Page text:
19. Andiamo! Off to Nuclear Meds.

The day of the op was cold and frosty and I was wrapped up yet trendy with my huge scarf, fleece, grey jeans, boots and gillet.  I still looked like a Geography teacher.

I’d removed my wedding, engagement and other  rings, earrings, necklace, bracelets and watch and left them in the bedroom.

Andiamo! We were off in plenty of time to park in the impossible car park.  In fact we were so early that we went to Costa’s for a cup of fruity tea. It was good to people watch, people finishing a shift, early morning meetings, patients like me killing time – all of life in the microcosm which makes up a regional hospital.

My first appointment of the day was at nuclear medicine.  As we checked in we passed an extraordinary looking man who was completely wired up with wires and stickers all over his head, he was sitting with his wife and very jolly.  He was obviously a frequent flier in Nuclear Medicine and knew the staff. As usual I needed a nervous pee and went off to the loo – where there was a big sign to inform people that had you had nuclear medicine treatment you had to use the special loo – presumably in a lead lined box.

My name was called and Nick and I went into the treatment room where we met another lovely, kind, matter of fact Radiographer.  We went through the checks – name, date of birth, address and then she paused and said she had to check something with the Consultant.  A few minutes later she returned and told me I had to have two injections as the tumours were in different quadrants of the breast.

Oh bugger!  She also said there was no anaesthetic and I warned  her I would probably swear.

Top off, bra off, lie down on the scanner bed, left arm above the head, right hand holding onto Nick.  The injections were dreadful, if you have ever tried breast feeding you might remember the pain when your new baby latched on, that was nothing compared to this… my toes didn’t just curl but I felt as if my entire foot did, dislocated and then turned 180 degrees – I tried to do pilates breathing but saying “f*ckitty f*ck” was more effective.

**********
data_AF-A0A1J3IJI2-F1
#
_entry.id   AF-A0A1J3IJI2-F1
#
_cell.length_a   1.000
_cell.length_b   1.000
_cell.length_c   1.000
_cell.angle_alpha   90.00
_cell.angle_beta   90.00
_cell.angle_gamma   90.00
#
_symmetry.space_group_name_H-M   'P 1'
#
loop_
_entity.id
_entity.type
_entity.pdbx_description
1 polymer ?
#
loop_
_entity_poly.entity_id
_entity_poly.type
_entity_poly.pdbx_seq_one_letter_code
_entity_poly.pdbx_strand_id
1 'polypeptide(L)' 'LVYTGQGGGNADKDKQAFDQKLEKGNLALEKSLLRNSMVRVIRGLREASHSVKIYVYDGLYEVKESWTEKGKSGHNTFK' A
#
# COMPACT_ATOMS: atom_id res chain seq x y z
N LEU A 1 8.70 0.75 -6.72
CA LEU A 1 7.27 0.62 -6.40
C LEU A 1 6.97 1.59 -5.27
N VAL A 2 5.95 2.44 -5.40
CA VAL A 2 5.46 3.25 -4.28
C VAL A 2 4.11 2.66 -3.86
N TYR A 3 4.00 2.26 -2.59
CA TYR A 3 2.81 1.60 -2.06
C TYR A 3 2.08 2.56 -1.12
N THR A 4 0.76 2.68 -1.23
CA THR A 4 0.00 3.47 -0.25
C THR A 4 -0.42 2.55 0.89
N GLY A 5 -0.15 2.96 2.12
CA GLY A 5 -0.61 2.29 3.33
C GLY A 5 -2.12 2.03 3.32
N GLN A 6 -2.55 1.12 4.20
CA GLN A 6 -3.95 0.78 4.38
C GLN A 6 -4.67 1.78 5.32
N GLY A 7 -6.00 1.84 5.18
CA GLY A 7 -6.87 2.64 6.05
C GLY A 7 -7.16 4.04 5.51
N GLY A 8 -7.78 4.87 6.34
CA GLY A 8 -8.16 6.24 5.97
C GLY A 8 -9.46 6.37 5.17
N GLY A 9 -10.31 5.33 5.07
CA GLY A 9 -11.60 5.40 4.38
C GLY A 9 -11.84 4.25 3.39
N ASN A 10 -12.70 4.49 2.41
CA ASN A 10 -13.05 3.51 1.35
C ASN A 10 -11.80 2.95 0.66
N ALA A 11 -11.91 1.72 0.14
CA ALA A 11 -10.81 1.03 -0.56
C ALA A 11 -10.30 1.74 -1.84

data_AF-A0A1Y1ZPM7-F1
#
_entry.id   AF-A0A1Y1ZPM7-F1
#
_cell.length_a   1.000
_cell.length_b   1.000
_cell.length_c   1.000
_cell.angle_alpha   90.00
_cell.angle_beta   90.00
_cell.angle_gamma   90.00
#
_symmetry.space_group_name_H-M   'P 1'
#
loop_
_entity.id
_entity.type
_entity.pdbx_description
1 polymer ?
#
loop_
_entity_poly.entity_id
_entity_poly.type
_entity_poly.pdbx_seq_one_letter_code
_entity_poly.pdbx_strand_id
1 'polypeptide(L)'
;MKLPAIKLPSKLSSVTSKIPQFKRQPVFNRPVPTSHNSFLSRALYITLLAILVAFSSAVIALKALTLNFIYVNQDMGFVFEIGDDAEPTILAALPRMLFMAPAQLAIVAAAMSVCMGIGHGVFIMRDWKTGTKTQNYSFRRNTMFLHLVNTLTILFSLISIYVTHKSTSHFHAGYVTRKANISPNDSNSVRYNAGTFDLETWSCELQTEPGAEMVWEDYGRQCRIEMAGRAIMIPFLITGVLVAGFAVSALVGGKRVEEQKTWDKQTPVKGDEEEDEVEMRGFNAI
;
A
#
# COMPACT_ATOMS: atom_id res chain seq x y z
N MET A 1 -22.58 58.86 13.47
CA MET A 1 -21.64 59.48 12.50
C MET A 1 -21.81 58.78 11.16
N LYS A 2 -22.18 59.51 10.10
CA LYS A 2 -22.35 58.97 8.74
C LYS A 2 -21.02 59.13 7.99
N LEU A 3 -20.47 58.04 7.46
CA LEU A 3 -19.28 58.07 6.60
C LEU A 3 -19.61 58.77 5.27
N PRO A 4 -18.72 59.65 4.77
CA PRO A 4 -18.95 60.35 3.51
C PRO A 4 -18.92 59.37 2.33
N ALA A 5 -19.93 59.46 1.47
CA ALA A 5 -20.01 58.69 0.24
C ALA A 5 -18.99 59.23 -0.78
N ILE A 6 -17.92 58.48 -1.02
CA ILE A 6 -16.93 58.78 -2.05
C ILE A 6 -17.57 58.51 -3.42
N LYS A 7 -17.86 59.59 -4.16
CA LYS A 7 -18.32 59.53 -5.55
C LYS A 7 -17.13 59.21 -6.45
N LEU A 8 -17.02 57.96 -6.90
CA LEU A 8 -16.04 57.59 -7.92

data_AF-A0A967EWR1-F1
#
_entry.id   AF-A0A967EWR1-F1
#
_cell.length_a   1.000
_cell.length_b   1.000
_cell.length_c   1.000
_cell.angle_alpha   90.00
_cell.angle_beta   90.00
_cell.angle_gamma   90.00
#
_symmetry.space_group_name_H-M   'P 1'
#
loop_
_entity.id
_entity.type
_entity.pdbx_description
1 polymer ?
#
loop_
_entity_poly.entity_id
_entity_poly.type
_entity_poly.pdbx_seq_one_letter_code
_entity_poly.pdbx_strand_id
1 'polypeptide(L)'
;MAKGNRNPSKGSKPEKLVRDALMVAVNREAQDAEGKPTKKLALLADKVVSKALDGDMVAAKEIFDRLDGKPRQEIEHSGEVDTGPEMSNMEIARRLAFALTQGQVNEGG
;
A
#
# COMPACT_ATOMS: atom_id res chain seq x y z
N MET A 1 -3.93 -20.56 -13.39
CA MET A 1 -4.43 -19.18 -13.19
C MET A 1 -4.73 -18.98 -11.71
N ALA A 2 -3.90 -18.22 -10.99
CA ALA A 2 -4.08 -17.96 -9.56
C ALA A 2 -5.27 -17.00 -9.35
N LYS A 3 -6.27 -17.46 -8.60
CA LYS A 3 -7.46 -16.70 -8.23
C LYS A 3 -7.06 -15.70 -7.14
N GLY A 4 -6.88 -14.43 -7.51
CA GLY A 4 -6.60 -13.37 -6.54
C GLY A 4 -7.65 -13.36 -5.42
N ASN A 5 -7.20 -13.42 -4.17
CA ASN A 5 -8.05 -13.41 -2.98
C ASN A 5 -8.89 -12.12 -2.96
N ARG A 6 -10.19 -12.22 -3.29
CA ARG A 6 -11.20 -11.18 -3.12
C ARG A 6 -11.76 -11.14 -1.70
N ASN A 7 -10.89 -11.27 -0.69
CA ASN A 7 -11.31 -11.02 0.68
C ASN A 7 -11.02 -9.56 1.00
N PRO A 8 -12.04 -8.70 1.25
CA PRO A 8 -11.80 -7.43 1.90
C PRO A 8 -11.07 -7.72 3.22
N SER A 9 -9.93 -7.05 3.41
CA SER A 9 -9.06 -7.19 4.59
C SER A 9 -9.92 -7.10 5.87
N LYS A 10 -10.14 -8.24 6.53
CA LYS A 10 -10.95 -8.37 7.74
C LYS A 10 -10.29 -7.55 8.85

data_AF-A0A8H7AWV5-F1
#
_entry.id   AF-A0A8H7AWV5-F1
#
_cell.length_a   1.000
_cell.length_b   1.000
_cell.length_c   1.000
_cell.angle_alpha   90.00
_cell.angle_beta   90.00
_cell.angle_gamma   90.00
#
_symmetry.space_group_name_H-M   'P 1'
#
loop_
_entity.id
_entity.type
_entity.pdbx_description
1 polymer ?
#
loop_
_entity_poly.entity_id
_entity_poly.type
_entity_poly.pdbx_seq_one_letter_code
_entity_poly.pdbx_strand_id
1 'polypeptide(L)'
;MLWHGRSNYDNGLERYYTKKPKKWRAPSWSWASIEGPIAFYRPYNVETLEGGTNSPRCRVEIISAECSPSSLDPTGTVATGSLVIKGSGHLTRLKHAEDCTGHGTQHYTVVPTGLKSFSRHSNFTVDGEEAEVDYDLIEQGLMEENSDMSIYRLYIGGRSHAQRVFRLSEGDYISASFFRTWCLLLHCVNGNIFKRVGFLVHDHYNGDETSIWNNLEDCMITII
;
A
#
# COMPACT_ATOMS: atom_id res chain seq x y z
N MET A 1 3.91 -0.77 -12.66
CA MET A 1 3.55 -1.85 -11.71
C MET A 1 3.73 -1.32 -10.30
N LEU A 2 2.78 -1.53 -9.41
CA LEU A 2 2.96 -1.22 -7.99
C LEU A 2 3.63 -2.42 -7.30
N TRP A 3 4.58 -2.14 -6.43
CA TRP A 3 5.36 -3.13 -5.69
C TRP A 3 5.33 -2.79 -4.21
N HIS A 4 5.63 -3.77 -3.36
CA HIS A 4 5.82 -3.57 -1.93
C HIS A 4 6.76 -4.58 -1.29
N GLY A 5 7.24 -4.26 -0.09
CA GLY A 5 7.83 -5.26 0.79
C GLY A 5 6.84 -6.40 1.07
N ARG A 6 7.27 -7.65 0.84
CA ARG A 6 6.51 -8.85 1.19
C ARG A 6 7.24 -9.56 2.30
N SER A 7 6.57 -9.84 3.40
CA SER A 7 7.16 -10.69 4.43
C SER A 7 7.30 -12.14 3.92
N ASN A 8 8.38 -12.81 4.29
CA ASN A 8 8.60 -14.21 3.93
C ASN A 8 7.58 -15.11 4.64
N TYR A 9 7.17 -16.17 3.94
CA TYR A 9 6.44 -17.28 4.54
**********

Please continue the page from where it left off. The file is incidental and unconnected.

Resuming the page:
Once the radioactive isotope was injected in to my left breast Nick was invited to massage it around – final farewell to that baby…  before the screen showed a myriad of stars showing where the isotope was going.  I think he enjoyed the physical and the physics aspect of this treatment. The aim is that the radioactive isotope flows into the armpit by the lymph and is trapped in the sentinel lymph node.  This then helps to guide the surgeon, who holds a gamma probe over the skin, to the lymph glands.  Later on during the surgery the surgeon injects blue dye into the nipple to stain the sentinel lymph nodes to make them easier to find and the reason for this is to find out if those horrible cancer cells have escaped from the breast. We were done, sent on our way with the Radiographer wishing us good luck and a swift recovery.  Next stop Freedom Ward.

Tip:  Accept that some treatments are going to be painful – don’t swear at the staff and let them know if you are going to swear in advance.  Try not flinch and breathe deeply.  DO NOT SWEAR AT THE STAFF.

Author: fionaosmaston

I live in Plymouth, Devon with my husband Nick and near my parents Sandy and Sheena. Our three children, Marcus, Phoebe and Miles are grown up. I am a geographer and love teaching Geography. My current role is as an Assistant Vice Principal in an inner city comprehensive school where I lead on coaching and initial teacher training. In August 2017 I was diagnosed with invasive lobular carcinoma and following a skin sparing mastectomy and endrocrine/hormone treatment I am now awaiting a final reconstruction. These views are my own and writing this story has helped me come to terms with where I am in this interlude of life which has been dominated by breast cancer.

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